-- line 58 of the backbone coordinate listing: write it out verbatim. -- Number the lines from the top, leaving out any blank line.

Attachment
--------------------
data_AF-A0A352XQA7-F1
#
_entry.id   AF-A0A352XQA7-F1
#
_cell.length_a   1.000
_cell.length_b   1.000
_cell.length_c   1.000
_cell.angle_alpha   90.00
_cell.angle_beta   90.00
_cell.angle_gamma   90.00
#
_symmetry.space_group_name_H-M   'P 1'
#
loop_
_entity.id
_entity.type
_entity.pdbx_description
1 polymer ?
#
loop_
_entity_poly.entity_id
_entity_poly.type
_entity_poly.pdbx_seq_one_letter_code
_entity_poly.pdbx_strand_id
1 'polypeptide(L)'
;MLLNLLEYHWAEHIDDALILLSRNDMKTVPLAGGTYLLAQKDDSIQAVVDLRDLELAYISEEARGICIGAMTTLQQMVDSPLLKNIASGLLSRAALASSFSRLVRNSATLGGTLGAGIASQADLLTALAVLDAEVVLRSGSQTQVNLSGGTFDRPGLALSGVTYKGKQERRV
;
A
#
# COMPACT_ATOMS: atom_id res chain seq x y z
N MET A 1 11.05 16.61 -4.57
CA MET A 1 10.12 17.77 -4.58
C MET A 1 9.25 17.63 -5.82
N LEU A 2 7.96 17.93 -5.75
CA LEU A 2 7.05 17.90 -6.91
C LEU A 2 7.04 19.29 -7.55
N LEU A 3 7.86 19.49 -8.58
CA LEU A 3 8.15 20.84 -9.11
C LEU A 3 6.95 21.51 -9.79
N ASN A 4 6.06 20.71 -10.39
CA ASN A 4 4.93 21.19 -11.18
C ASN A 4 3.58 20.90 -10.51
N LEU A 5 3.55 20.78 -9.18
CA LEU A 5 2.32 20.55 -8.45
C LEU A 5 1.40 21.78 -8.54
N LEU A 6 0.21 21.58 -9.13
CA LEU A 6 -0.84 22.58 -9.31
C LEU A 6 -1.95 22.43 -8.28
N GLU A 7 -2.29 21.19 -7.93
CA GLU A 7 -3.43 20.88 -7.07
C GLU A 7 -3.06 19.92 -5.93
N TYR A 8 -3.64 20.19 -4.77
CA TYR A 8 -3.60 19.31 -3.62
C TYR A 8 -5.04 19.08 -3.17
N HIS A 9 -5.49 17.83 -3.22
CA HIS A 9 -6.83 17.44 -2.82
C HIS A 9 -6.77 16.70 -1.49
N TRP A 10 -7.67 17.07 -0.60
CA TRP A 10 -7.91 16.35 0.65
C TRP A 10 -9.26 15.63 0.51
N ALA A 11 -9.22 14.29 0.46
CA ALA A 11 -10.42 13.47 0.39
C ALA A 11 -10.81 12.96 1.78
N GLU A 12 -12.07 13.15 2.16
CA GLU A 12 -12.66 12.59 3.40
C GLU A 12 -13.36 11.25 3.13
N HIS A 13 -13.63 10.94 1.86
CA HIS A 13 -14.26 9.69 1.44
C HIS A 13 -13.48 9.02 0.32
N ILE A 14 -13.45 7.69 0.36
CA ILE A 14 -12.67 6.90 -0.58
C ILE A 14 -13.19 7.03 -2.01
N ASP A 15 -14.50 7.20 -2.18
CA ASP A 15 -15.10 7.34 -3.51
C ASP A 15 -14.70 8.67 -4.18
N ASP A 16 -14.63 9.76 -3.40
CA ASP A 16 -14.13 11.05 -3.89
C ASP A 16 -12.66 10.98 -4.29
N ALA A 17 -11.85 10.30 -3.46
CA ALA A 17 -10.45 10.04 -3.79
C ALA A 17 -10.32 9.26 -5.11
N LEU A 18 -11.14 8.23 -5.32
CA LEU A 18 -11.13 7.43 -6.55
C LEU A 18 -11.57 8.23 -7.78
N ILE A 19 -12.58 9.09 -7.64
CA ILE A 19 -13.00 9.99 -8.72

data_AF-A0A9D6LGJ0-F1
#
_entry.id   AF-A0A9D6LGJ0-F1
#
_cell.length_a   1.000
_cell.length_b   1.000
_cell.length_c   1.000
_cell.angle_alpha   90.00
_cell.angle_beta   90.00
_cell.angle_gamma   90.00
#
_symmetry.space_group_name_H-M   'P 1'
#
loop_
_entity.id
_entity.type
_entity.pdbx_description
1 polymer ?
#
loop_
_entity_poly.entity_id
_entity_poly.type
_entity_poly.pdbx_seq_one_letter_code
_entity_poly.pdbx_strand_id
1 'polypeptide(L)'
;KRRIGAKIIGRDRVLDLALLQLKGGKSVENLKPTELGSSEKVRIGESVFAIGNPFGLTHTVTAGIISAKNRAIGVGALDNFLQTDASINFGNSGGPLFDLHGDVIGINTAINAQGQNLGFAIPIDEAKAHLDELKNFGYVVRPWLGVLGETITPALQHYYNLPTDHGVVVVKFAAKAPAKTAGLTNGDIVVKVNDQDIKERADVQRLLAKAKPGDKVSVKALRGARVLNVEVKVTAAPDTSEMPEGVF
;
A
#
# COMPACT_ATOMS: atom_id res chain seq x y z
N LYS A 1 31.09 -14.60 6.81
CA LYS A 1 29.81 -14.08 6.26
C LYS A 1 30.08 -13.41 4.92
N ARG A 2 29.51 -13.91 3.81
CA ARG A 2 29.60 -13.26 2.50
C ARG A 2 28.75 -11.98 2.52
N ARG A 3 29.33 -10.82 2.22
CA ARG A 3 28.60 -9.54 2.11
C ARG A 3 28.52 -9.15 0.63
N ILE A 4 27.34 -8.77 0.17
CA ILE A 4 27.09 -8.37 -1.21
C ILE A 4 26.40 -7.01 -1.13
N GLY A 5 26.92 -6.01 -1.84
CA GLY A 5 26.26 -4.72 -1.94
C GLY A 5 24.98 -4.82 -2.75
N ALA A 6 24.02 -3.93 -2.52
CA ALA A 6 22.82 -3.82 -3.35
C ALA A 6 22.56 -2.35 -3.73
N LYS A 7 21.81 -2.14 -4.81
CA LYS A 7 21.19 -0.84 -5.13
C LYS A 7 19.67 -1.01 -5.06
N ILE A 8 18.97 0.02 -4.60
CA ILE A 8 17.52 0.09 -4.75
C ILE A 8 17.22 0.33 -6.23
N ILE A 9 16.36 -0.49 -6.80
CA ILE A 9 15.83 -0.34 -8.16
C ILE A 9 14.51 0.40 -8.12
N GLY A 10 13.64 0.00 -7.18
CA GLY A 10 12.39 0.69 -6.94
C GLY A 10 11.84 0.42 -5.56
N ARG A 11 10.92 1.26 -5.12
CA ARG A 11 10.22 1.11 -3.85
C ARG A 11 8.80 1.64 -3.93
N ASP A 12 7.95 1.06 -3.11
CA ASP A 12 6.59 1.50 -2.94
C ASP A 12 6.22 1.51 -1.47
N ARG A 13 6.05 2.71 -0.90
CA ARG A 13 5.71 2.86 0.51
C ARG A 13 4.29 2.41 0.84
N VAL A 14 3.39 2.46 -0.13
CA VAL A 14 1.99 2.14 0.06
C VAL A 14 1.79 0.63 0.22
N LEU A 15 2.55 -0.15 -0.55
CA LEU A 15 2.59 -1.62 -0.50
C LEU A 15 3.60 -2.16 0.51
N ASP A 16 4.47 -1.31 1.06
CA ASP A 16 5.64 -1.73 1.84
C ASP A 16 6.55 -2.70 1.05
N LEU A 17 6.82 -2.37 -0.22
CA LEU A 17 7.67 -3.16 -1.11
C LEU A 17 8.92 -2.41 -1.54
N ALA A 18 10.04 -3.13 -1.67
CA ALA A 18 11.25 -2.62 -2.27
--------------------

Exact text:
N TRP A 10 -7.67 17.07 -0.60